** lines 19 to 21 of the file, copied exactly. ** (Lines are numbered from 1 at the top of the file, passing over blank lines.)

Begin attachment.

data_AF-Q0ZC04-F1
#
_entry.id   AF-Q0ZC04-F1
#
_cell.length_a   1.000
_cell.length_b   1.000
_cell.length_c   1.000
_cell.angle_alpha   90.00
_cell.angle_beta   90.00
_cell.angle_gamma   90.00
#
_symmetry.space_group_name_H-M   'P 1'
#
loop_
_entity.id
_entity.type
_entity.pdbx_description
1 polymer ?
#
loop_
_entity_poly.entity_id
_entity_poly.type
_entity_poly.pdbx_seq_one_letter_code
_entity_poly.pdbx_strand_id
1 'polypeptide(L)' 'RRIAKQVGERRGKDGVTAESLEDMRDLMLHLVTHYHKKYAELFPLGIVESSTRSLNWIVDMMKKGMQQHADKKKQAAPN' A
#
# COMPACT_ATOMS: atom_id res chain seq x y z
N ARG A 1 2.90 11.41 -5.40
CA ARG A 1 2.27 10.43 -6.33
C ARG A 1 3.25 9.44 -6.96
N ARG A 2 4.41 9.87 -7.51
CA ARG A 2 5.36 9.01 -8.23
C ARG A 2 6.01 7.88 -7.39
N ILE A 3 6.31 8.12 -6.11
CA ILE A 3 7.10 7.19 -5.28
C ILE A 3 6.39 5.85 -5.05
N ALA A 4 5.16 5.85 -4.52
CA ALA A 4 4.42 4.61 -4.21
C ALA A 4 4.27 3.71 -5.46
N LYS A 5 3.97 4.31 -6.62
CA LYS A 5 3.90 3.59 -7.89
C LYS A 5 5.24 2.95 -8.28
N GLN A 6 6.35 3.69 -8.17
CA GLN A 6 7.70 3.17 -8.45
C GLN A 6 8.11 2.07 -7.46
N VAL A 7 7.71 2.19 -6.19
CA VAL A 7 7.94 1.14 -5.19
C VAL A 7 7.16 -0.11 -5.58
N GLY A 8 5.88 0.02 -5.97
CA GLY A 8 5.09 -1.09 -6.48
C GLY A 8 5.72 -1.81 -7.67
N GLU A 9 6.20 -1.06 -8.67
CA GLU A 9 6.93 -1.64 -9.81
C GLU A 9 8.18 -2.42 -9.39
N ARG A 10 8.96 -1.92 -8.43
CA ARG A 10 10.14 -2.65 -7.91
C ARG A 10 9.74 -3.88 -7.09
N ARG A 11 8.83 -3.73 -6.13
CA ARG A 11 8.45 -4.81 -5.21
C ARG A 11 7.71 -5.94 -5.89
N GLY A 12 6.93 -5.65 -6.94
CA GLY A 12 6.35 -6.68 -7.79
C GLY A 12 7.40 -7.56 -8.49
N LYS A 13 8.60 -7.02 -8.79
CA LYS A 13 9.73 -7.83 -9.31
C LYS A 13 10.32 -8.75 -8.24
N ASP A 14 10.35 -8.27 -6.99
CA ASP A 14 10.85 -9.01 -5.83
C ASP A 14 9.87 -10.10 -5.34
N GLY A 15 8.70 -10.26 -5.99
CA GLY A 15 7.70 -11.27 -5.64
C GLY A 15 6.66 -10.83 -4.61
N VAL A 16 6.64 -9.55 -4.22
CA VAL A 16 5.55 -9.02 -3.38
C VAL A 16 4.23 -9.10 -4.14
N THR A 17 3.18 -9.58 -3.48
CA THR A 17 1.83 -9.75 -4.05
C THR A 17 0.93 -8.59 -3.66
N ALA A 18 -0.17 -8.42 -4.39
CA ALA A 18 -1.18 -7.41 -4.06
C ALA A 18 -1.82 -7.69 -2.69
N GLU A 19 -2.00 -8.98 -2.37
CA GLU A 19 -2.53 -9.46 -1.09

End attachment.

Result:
#
loop_
_entity_poly.entity_id